The question of whether the Israel Lands Authority acted legally in awarding a tender for the development of a plot of land in Jaffa’s Ajami neighborhood to a company that builds exclusively for religious Jews was an interesting one, but one which the court could not explore because the land has already been leased and the apartments already sold, Supreme Court President Dorit Beinisch wrote Sunday.

In a unanimous decision, Beinisch and Justices Miriam Naor and Yoram Danziger rejected an appeal by 28 Arab residents of Jaffa, backed by the Association for Civil Rights in Israel, against the ILA for awarding the tender to Bemuna, a movement committed to creating ideologically active religious Jewish communities in Israeli cities with large Arab populations.

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However, the court rejected the appeal not on the merits of the state’s arguments, but because the awarding of the tender was a “done deal” and the ruling would have been a theoretical one, Beinisch explained.

“The appeal before us raises important question on a series of subjects, including the status of public petitioners in contract law, whether private corporations are subject to the ban on discrimination for reasons of religion or nationality, the extent to which the ILA ought to be supervised regarding how it allocates the lands it leases, and whether it is legal to lease land to groups with special cultural or religious characteristics,” wrote Beinisch.

But this examination would not be carried out in this appeal because of “the concrete circumstances in this case, whereby the deed has already been done and examining it would only be theoretical,” she wrote.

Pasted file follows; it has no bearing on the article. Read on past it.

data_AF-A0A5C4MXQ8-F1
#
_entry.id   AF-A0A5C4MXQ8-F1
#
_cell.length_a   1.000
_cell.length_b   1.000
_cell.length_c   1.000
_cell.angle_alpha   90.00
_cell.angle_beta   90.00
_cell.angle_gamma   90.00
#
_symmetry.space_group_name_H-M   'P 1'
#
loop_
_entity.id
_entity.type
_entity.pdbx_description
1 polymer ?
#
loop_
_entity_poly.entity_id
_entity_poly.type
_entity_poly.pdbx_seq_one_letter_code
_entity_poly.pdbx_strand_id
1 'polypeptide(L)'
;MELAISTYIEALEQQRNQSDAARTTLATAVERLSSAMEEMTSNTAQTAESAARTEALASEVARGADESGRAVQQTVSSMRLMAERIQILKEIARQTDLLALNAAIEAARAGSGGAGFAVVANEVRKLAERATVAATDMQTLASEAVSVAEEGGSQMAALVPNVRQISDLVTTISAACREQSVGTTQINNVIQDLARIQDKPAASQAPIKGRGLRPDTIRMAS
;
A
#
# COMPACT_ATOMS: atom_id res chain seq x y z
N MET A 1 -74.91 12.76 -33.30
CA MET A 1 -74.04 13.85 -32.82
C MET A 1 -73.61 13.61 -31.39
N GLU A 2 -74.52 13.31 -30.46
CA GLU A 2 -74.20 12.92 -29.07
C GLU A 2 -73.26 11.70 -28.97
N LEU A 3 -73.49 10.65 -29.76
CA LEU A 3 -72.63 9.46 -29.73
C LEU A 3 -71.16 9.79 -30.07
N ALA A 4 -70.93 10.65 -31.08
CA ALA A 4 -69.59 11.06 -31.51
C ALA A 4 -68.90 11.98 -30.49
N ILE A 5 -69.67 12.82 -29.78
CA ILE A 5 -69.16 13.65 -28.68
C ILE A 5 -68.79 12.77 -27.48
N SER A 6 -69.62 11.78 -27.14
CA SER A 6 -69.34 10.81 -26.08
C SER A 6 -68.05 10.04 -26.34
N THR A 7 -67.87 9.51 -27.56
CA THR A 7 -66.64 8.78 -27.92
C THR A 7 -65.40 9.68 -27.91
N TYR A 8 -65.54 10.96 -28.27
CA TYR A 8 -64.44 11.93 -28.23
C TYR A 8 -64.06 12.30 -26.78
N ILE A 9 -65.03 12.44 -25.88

The project in question involves 20 apartments for religious-Zionist families in the former “Etrog Market” in Ajami.

Sunday’s decision is likely the final judicial action in the affair which began on May 7, 2009, when the ILA awarded the tender to Bemuna. Arab residents petitioned the Tel Aviv District Administrative Court the following month against the ILA’s decision, arguing that the stipulation that apartments in the project be available only to religious Jews discriminated against them.

The court refused to deal with the petition on the grounds that it lacked the authority to do so.


The petitioners appealed that decision to the Supreme Court, which ruled in their favor and sent the matter back to the administrative court for a ruling. This time the court rejected the petition.

Immediately after the ruling, the ILA closed the deal with Bemuna. The religious nationalist development company paid all the money for the land to the ILA and the ILA signed the lease.

Meanwhile, the petitioners appealed against the lower court decision to the Supreme Court. On Sunday, Beinisch told them they were too late.

Ben Hartman contributed to this report.

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